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RATIONALE: Giving low-dose total-body irradiation before a donor stem cell transplant helps stop the growth of cancer cells. It also stops the patient's immune system from rejecting the donor's stem cells. The donated stem cells may replace the patient's immune cells and help destroy any remaining cancer cells (graft-versus-tumor effect).
PURPOSE: This phase I trial is studying the side effects of donor stem cell transplant after total-body irradiation and to see how well it works in treating patients with relapsed or refractory hematologic cancer or acute myeloid leukemia or acute lymphocytic leukemia in complete remission.
- To evaluate the toxicity of irradiated haploidentical allogeneic cellular therapy after low-dose total-body irradiation and no pharmacologic graft-vs-host disease prophylaxis in patients with relapsed or refractory hematologic malignancies or patients with acute myeloid leukemia (AML) or acute lymphoblastic leukemia in second or greater complete remission (CR2).
- To evaluate immunologic parameters before and after haploidentical therapy.
- To demonstrate host anti-leukemia T-cells in a subset of patients with AML who are HLA-A2-positive.
- To observe any evidence of antitumor activity within the confines of this pilot study and/or assess the duration of remission in those patients who enter the study in CR2.
OUTLINE: Patients undergo low-dose total-body irradiation and infusion of irradiated donor cells on day 0. Patients also receive filgrastim subcutaneously (SC) daily or pegfilgrastim SC every 14 days starting on day 1.
Patients in complete remission (CR) or with persistent disease undergo irradiated donor lymphocyte infusion (DLI) at 8 weeks. Repeat irradiated DLI is administered if patients remain in CR or achieve stable or responding disease after the second infusion (if confirmed by histologic assessment) or third infusion (if confirmed by radiographic assessment). DLI repeats every 8 weeks pending disease and clinical status up to a total of 6 infusions over a 12-month period.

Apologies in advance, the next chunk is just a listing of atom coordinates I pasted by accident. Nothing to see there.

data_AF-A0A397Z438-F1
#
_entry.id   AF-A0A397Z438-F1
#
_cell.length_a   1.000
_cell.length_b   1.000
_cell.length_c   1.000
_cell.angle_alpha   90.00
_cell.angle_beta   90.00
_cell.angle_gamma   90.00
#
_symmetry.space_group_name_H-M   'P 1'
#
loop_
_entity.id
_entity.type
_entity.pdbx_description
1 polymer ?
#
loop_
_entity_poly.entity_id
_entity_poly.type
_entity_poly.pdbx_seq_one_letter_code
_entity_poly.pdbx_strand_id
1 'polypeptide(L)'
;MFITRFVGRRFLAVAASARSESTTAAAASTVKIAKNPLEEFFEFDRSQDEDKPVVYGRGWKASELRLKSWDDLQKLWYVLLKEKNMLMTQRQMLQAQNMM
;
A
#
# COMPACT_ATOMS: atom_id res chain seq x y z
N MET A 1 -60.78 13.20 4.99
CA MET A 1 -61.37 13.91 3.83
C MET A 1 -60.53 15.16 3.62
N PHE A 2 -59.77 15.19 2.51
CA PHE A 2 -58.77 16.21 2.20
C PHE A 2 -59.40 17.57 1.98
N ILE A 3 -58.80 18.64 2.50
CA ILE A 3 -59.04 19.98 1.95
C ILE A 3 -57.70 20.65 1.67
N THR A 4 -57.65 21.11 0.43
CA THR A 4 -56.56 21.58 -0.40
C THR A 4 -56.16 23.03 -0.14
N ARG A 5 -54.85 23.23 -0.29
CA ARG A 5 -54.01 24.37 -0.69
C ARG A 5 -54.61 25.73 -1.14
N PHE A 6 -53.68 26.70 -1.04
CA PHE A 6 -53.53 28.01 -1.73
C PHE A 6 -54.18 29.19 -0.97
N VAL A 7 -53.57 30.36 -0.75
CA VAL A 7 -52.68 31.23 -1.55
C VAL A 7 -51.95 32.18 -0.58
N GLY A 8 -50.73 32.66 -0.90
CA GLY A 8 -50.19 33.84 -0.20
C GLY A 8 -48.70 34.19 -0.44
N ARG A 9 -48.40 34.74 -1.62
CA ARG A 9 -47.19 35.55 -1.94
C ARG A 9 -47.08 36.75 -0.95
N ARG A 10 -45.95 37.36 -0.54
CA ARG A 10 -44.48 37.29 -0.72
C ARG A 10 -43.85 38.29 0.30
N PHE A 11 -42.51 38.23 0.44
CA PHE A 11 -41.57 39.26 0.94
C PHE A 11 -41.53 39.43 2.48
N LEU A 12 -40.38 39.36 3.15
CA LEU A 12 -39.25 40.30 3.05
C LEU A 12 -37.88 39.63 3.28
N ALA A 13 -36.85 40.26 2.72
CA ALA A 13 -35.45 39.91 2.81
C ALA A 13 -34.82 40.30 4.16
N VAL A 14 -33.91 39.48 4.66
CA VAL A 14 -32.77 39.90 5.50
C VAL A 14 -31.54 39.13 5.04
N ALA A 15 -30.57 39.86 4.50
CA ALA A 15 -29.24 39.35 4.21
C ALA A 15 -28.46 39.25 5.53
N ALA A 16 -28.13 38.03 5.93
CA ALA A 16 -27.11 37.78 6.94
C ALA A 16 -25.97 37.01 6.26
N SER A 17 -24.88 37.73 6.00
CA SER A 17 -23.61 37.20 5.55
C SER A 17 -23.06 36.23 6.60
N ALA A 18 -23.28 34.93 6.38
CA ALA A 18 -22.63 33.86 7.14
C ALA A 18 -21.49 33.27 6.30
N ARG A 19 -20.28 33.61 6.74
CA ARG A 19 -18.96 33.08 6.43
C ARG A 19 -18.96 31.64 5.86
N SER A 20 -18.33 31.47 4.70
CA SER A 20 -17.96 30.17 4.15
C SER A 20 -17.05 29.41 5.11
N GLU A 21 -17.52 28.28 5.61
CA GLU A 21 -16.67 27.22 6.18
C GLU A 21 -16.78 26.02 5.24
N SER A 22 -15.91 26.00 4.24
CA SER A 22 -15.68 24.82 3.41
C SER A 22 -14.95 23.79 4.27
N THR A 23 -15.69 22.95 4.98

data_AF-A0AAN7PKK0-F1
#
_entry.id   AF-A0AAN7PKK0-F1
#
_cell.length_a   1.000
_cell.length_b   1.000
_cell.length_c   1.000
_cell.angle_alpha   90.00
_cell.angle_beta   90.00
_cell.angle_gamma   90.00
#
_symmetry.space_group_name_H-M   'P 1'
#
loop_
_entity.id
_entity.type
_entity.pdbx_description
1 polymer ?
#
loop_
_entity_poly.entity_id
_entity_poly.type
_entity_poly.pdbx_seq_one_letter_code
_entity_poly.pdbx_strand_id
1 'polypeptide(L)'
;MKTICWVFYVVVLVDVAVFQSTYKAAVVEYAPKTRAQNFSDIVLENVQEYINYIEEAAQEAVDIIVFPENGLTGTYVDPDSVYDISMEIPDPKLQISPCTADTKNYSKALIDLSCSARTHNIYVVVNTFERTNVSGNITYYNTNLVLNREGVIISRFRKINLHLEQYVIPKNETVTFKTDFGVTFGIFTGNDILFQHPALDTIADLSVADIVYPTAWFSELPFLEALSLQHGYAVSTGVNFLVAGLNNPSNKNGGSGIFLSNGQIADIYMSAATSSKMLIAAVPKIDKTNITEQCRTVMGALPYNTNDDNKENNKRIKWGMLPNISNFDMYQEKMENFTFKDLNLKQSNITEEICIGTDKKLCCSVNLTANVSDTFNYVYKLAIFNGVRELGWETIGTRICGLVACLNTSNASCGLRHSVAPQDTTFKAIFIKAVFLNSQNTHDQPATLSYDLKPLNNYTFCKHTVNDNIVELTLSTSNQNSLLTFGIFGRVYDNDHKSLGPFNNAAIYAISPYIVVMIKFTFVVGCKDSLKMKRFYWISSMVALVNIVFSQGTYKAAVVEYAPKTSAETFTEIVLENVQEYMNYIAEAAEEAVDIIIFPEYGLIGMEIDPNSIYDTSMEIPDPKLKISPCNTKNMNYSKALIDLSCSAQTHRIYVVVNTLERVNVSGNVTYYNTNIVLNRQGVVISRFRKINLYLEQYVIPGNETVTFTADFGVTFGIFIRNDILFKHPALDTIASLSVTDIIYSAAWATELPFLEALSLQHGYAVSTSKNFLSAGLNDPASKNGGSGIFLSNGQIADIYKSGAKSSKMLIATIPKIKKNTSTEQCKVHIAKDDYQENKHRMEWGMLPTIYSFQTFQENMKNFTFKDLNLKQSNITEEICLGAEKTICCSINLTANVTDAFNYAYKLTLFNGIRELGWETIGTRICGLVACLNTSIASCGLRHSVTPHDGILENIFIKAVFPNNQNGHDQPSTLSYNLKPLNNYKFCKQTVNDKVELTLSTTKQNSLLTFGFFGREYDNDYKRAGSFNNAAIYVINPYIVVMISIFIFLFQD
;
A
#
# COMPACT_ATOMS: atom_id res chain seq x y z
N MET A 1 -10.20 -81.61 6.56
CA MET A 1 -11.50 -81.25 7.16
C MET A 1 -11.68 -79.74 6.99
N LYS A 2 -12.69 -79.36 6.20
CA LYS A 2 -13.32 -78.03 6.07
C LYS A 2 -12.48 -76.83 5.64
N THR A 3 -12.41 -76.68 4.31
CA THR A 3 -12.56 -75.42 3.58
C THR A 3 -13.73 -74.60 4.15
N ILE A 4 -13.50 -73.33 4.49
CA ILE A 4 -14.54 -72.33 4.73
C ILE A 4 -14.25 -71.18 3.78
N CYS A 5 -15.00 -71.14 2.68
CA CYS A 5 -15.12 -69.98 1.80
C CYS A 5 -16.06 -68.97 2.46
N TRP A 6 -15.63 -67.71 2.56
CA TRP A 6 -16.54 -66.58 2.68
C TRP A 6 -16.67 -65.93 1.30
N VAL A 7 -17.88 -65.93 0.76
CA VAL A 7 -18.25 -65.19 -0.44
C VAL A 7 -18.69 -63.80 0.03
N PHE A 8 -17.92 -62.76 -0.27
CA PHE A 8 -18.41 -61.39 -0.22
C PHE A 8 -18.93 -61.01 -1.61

Blood samples are collected at baseline, upon recovery of counts, and then monthly thereafter for immunologic studies.
After completion of study treatment, patients are followed up periodically.
Masking: Open Label, Primary Purpose: Treatment
cellular immunotherapy, donor lymphocytes, filgrastim, pegfilgrastim, immunologic technique, laboratory biomarker analysis, allogeneic hematopoietic stem cell transplantation, in vitro-treated peripheral blood stem cell transplantation, total-body irradia
Cancer Institute of New Jersey at UMDNJ - Robert Wood Johnson Medical School
National Cancer Institute (NCI)
Published on BioPortfolio: 2014-08-27T03:18:39-0400
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Protection from an infectious disease agent that is mediated by B- and T- LYMPHOCYTES following exposure to specific antigen, and characterized by IMMUNOLOGIC MEMORY. It can result from either previous infection with that agent or vaccination (IMMUNITY, ACTIVE), or transfer of antibody or lymphocytes from an immune donor (IMMUNIZATION, PASSIVE).
Form of passive immunization where previously sensitized immunologic agents (cells or serum) are transferred to non-immune recipients. When transfer of cells is used as a therapy for the treatment of neoplasms, it is called adoptive immunotherapy (IMMUNOTHERAPY, ADOPTIVE).
Testing of immune status in the diagnosis and therapy of cancer, immunoproliferative and immunodeficiency disorders, and autoimmune abnormalities. Changes in immune parameters are of special significance before, during and following organ transplantation. Strategies include measurement of tumor antigen and other markers (often by RADIOIMMUNOASSAY), studies of cellular or humoral immunity in cancer etiology, IMMUNOTHERAPY trials, etc.
The transfer of lymphocytes from a donor to a recipient or reinfusion to the donor.
Lymphocytes that show specificity for autologous tumor cells. Ex vivo isolation and culturing of TIL with interleukin-2, followed by reinfusion into the patient, is one form of adoptive immunotherapy of cancer.
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